A food product’s business case might be highly dependent on what you can stick on a label. If this is true, then you need to make sure early on that you’ll be allowed to claim what you want to say. This element of food labelling is a minefield.
A client recently asked us to do some product development and improvement work for them. I can’t offer many details other than that there was a ‘protein’ claim on the label. As a food technology consultant, most of the work we complete has some level of confidentiality.
The FSANZ Food Standards Code contains many rules on what you can and can’t say on a label and in your advertising. These restrictions include health and nutrition claims. For protein, there are two magic numbers – 5g and 10g. If your product has 5g of protein per serve, then you are allowed to say it is a ‘source of protein’. If it has 10g, then you can say it is a ‘good source of protein’. In the US, there is a similar system for a ‘high in protein’ claim.
The product in question had a high percentage of protein, but the problem was with the serving size, which was small. The result was that the product did not reach the 5g protein per serving threshold for making a protein claim, and this effectively ended the business case without some serious modification to the formulation. This modification wasn’t what the client was initially asking for, but we were able to offer a solution.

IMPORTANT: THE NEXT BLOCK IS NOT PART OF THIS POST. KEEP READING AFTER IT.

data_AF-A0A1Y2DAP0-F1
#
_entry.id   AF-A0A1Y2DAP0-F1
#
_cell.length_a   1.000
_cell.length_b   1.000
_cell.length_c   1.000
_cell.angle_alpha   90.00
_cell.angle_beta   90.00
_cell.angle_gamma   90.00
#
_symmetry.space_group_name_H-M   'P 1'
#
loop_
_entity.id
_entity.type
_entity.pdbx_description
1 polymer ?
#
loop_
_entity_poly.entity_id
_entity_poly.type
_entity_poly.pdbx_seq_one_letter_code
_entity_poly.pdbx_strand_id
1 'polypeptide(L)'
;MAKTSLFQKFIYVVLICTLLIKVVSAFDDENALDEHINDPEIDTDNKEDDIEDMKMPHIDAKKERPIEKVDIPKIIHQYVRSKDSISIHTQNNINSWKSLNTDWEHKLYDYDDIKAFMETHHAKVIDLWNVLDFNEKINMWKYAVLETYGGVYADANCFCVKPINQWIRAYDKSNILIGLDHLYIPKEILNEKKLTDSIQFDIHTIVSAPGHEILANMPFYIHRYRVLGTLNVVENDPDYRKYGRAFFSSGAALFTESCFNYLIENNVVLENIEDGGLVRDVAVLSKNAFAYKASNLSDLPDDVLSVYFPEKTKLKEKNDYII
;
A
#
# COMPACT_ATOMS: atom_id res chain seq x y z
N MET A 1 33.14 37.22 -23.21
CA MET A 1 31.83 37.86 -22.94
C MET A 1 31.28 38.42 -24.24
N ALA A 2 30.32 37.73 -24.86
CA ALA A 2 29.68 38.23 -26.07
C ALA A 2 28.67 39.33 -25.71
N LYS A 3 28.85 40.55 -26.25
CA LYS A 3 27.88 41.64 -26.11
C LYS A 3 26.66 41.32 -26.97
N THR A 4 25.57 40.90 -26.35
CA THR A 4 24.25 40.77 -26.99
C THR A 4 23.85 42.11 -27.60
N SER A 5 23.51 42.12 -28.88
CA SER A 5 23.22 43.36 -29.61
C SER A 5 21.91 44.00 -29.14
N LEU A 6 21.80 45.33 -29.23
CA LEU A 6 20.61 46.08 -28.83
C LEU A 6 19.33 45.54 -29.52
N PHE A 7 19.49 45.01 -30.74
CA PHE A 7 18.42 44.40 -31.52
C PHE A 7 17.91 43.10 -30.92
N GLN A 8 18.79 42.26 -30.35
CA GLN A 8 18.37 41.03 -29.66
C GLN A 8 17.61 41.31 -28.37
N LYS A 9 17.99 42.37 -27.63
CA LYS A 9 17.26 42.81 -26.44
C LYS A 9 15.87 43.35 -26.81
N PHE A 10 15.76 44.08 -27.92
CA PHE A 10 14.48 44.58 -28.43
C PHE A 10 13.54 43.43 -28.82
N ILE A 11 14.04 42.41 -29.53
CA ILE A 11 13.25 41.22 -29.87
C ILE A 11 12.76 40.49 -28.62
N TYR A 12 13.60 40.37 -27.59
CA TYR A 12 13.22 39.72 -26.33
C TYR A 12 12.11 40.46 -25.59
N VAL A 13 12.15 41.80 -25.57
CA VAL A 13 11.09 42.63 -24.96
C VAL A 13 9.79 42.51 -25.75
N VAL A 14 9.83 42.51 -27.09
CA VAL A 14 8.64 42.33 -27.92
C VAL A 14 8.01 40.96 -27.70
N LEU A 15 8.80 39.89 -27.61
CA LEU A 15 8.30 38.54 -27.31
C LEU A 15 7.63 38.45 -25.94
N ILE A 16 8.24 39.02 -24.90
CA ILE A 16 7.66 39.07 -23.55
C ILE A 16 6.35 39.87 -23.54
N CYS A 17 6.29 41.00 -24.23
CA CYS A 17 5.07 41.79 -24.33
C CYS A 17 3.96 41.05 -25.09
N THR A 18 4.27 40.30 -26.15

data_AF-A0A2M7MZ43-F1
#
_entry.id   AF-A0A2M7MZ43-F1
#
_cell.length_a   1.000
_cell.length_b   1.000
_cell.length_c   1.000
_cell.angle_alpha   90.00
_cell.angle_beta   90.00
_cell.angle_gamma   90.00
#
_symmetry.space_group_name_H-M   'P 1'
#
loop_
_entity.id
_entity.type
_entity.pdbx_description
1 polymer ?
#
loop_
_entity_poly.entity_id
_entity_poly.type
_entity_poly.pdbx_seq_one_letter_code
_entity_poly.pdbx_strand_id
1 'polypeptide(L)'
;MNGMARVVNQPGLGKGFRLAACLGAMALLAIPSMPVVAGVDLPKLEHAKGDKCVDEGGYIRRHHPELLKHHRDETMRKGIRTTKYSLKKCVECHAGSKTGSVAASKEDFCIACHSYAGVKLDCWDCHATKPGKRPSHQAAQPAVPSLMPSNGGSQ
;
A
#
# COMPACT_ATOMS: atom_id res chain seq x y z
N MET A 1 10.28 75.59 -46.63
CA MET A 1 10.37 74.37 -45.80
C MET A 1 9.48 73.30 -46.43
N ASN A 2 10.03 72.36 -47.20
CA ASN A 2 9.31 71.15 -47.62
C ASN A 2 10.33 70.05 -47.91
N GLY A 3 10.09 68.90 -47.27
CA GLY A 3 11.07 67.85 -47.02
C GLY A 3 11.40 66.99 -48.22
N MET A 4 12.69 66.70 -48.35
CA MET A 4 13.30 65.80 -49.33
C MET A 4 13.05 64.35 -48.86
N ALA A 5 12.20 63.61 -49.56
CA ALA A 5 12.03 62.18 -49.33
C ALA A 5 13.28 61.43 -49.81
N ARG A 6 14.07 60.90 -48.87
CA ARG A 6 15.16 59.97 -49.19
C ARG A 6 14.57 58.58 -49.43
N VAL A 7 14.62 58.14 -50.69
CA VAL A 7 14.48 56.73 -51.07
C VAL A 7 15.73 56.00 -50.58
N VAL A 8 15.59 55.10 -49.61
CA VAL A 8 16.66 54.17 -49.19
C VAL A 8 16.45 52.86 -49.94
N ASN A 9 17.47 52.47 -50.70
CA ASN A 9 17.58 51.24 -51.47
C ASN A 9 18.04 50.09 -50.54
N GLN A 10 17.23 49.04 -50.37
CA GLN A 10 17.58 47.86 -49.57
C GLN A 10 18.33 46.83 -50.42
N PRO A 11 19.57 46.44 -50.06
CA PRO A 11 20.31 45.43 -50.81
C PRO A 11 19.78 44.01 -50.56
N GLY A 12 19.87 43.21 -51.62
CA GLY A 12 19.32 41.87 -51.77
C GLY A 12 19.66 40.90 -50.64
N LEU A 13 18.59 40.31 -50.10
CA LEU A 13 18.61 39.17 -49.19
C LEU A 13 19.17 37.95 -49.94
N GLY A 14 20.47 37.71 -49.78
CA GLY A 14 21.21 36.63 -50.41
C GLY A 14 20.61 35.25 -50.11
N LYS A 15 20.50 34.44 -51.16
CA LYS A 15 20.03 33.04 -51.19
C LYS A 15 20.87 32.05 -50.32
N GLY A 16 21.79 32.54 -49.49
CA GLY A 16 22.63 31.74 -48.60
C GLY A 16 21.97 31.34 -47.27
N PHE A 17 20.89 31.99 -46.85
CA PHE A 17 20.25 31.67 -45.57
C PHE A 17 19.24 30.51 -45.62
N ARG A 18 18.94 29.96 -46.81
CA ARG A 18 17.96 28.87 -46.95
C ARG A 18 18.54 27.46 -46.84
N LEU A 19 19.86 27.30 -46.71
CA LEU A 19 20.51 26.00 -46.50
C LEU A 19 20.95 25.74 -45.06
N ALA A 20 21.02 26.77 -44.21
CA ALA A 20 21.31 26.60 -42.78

The Food Standards Code is a complicated beast, and there are always alternative options available. We were able to apply a range of product development and labelling skills to recommend a solution to our client to get out of this problem.
The client had sought professional advice on their labelling when developing the product. A ‘consultant’ had initially advised on their label requirements, but wasn’t a labelling consultant, had no food experience, and was just bluffing that they understood the requirements. On the surface, the Food Standards Code doesn’t look too difficult to understand. This protein serving size issue wasn’t the only error they made.
The moral of this story isn’t just that you need to get a consultant to avoid mistakes, but to get a good consultant.